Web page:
Recipe types recognised and demonstrated to relate to early English porcelains include the silica-aluminium body (Si-Al), the silica-aluminium-calcium body (Si-Al-Ca), the magnesium (Mg), the magnesium-phosphorus body (Mg-P), and a range of phosphatic types. Both the Si-Al and the Si-Al-Ca bodies coupled with the associated aluminous-lime-alkali glaze were produced in London some 35 years before Meissen. 

Bow is deduced to have been the conduit for these various ceramic recipes, which can be traced to subsequent derivative manufactories, yet still today Bow is the most misunderstood of all early English concerns being subjugated by the millstone syndrome and consequently has been regarded as producing little of significance prior to c. 1747. In fact, by the 1740's London was the world centre for porcelain experimentation and development.

These indigenous, technical developments, pre-eminent in the Western world, have been both obscured and overlooked in previous ceramic studies (prior to the work by Daniels in 2007), predicated on notions pertaining to the primacy of the artistic pursuit. Although considerable attention has been given to the Meissen influence, the Baroque influence, and the Rococo, little consideration or enquiry has been afforded the far more significant influence of the Royal Society of London on English porcelain development. We suggest that the father of the English Porcelain Tradition was Robert Boyle, FRS stretching back to Wadham College, Oxford in the 1650's.

This English achievement will only be appreciated and understood if and when rational science and ceramic composition are integrated with other forms of enquiry.


20) W. R. H. RAMSAY AND E. G. RAMSAY, 2019. The Contribution by Analytical Science to our understanding of Western Porcelains

 Extended Abstract of invited Lecture Gardiner Museum, Toronto, Canada, September 25th, 2019.

Porcelains are first and foremost an exercise in materials science - body, glaze, and painting. The understanding of that contribution to Western porcelains is, after many years, becoming a major contributor in reaching a more holistic understanding of these ceramics - raw materials, firing conditions, glaze compositions, attribution, dating, and technology transfer pathways set against a better understanding of historical documents and societal conditions of those times. Such studies appeared  with the development of gravimetric chemical analyses by the late 18th C and these initial analytical attempts appear to have grown out of alchemy, burning mirrors, and the assaying of metalliferous deposits through the use of furnaces.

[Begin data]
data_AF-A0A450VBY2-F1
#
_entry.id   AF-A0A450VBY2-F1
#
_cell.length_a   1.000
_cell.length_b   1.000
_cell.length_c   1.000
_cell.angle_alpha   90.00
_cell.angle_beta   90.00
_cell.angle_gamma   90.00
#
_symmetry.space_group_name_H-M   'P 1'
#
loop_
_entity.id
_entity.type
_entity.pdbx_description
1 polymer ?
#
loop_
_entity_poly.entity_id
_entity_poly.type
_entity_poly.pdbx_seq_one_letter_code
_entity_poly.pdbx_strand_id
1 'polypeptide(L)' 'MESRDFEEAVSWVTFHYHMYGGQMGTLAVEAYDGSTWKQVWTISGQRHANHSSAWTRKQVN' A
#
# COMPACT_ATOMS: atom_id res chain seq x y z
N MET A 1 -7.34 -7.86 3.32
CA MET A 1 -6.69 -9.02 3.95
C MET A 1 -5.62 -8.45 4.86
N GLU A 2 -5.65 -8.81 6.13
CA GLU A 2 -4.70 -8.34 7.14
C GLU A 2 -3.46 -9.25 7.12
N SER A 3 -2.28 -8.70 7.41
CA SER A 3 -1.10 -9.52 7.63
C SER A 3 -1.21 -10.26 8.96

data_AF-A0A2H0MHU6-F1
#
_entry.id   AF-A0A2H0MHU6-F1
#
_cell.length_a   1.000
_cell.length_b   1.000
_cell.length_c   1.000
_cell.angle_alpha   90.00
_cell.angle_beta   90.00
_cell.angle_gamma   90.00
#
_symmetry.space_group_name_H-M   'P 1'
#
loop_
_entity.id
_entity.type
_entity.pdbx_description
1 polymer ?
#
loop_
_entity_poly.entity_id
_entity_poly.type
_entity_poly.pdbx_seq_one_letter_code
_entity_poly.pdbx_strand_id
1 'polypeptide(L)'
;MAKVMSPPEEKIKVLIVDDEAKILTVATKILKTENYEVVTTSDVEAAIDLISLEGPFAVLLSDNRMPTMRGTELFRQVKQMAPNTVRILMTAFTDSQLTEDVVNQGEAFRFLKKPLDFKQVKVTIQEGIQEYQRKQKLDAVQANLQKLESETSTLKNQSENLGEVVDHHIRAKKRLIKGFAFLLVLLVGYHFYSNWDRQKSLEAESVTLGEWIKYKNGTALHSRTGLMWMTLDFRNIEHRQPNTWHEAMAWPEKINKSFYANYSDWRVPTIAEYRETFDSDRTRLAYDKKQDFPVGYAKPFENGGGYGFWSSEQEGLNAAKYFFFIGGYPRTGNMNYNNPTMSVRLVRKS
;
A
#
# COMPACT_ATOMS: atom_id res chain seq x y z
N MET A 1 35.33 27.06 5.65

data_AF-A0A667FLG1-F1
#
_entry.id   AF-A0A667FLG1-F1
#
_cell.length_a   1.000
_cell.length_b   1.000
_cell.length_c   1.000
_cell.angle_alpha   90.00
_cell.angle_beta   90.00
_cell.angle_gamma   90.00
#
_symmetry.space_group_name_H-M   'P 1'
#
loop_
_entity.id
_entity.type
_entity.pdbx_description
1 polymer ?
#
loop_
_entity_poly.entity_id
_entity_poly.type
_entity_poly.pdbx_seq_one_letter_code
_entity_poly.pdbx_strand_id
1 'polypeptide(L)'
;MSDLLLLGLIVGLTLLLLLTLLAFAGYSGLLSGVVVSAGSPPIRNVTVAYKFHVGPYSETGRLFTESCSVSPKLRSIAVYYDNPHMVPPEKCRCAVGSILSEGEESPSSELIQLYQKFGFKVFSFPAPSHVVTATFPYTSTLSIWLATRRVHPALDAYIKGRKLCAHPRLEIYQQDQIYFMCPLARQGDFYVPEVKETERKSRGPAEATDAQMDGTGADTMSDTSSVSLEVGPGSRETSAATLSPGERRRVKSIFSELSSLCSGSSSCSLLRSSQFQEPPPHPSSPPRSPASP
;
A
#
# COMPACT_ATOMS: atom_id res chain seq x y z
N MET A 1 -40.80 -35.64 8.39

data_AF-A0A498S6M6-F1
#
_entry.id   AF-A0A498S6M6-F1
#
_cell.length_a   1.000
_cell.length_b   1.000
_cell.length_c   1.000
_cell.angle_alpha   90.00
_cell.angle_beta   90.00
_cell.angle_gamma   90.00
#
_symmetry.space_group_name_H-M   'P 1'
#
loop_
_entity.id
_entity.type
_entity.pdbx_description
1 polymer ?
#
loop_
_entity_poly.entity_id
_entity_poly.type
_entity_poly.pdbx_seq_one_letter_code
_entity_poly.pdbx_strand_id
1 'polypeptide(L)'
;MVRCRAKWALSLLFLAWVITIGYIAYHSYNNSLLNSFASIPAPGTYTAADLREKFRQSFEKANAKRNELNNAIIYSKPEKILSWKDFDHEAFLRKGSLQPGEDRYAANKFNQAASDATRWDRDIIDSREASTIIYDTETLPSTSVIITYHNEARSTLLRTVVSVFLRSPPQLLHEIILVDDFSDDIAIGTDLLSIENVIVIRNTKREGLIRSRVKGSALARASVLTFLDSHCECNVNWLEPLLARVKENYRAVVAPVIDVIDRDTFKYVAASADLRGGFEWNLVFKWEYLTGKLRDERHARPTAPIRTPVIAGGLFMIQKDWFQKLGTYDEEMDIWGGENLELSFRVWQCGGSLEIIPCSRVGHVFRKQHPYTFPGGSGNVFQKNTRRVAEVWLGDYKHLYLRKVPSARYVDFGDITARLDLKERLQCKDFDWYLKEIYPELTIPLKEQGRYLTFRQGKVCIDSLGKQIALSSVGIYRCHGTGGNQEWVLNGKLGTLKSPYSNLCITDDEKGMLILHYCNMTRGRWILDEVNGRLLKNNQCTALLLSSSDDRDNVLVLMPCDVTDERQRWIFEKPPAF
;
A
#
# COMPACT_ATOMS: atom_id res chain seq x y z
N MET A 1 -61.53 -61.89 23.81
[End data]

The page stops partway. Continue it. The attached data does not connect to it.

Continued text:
Early ceramic analysts included Brongniart, Klaproth, Vauquelin, and in the UK during the 19th C, Simeon Shaw, Sir Humphrey Davey, and Sir Arthur Church. It appears that Nicholas Vauquelin was the first to undertake full gravimetric analyses of a Hessian crucible and various associated raw materials by 1799. Subsequently, Brongniart at Sèvres by 1844 undertook analyses of a wide range of wares and even writing to Silliman's Journal (American Journal of Science) for donations of North American ceramics including prehistoric wares to a collection he was building at Sèvres dedicated to the Art of Pottery.

In Britain Simeon Shaw initiated gravimetric analyses of Staffordshire ceramics and hard-paste porcelains from Europe (Meissen, Vienna, Sèvres, and Berlin) by the 1830s. An early summary of  British ceramics including full chemical analyses was that by Sir Arthur Church in his Cantor Lectures (1880-1881). Subsequently Eccles and Rackham (1922) undertook a range of analyses of English porcelains and divided these ceramics into five groups based on their compositions.

  • phosphatic, bone ash
  • magnesian, soapstone
  • calciferous, glassy
  • hard-paste
  • hybrid hard-paste

 By the mid-1900s spectrographic analytical methods were applied to ceramic bodies, an example being the analyses of two George II busts by Watney in 1968. This was followed by the application of X-ray diffraction (XRD) to identify the mineral composition in various porcelain bodies by the British Museum Research Laboratories. Modern analytical methods are now non-destructive and these include SEM with energy dispersive attachments and variable chamber pressures, hand-held XRF, and Raman spectroscopy among other techniques.

Scientific analyses of the Burghley House jars are discussed and our deduction based on historical documents and compositional science, is that these jars highlight the most significant fallacy in Western ceramic decorative arts, in that these refractory and high-fired porcelains pre-date Meissen by some 35 years as shown by Morgan Wesley. Based on the balance of probability we contend that the author of these porcelains was John Dwight, widely regarded as a failure when it came to porcelain production.